An arrest has been made in the alleged firebombing of a South Philadelphia home Friday morning. That bomb sparked a blaze that injured three people, including a child, who were saved by a once disgraced police officer, officials said.
Firefighters responded to reports of heavy smoke and flames along the 1700 block of Sigel Street, near the intersection of 18th and Mifflin streets, around 6:15 a.m.
Philadelphia Police Lt. Jonathan Josey, who slapped a woman at the Philadelphia Puerto Rican Day Parade in 2012, spotted the blaze before rescue crews arrived and headed straight into the home to alert the family.
Josey kicked in the front door and helped three people escape. A woman and a child exited through the rear of the home, while a man jumped from the second-story to safety.
Authorities said all three residents suffered injuries, but it is unclear how serious they are. Rescue crews transported the victims to a local hospital.
The suspect, identified as 46-year-old Christopher Smith, was taken into custody shortly after the fire, police said. He was arraigned and charged with murder, aggravated assault, simple assault and other related offenses.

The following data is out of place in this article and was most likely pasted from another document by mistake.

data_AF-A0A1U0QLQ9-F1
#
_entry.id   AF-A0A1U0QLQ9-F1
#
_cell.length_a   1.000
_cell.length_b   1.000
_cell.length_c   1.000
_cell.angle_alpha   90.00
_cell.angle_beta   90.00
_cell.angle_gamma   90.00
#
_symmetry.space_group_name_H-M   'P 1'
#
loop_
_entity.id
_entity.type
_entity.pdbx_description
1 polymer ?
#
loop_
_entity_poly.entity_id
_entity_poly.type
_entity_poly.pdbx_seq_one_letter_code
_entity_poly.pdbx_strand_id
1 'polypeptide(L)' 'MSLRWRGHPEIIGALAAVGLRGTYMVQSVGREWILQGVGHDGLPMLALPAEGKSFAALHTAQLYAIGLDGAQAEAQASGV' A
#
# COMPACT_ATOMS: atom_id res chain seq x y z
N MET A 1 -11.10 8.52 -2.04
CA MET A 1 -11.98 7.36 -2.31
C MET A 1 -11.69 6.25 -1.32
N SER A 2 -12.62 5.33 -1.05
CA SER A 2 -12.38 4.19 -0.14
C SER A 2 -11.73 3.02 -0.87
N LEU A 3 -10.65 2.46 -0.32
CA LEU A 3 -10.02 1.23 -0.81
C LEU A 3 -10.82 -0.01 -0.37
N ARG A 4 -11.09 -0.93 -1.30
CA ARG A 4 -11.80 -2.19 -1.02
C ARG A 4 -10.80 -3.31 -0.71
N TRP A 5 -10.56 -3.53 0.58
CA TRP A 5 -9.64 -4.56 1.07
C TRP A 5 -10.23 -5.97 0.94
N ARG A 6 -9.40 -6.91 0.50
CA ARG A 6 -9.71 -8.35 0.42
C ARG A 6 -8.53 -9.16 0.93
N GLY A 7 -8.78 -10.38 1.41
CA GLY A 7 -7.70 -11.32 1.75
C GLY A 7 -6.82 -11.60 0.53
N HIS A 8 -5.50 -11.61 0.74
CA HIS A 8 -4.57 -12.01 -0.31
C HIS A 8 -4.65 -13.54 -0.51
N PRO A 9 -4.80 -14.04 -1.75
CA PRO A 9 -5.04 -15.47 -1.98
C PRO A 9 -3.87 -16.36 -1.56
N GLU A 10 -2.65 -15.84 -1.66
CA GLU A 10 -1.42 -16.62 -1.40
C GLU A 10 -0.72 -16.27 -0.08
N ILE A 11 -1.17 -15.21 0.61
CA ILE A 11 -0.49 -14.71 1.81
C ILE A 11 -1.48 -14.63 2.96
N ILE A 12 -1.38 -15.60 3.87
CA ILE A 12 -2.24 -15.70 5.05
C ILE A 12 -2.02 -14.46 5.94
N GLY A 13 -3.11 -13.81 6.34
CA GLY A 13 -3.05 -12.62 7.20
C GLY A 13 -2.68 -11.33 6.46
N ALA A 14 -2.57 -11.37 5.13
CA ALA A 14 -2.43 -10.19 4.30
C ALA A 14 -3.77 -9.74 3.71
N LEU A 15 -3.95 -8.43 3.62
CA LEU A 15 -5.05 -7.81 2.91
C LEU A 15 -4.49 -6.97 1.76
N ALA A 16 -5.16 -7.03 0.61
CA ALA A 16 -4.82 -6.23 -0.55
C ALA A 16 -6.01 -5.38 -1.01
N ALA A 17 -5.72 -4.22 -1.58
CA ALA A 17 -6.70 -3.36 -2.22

Fifty firefighters used 20 pieces of equipment to contain the blaze, which was placed under control at 6:56 a.m., according to the Philadelphia Fire Department. Officials blocked off nearby streets for part of the morning while they investigated.
The Fire Marshal told NBC10 that they suspect the fire was intentionally started because it engulfed the home so quickly. It likely began in the front portion of the rowhome, which is located in the middle of the block, they said.
Several of the surrounding homes sustained water damage.
The American Red Cross of Southeastern Pennsylvania is providing financial assistance to a family of four who occupied the home adjacent to the house that went up in flames, a Red Cross spokeswoman said. Responders are available to assist others affected by the fire and will meet with them if they need assistance, she added.
Josey, well-known for the 2012 incident that nearly cost him his job, was acquitted of assault charges after a judge decided a video depicting the police lieutenant striking the woman "didn't tell the whole story." The cell phone video garnered more than 1.5 million views on YouTube before it was removed from the site.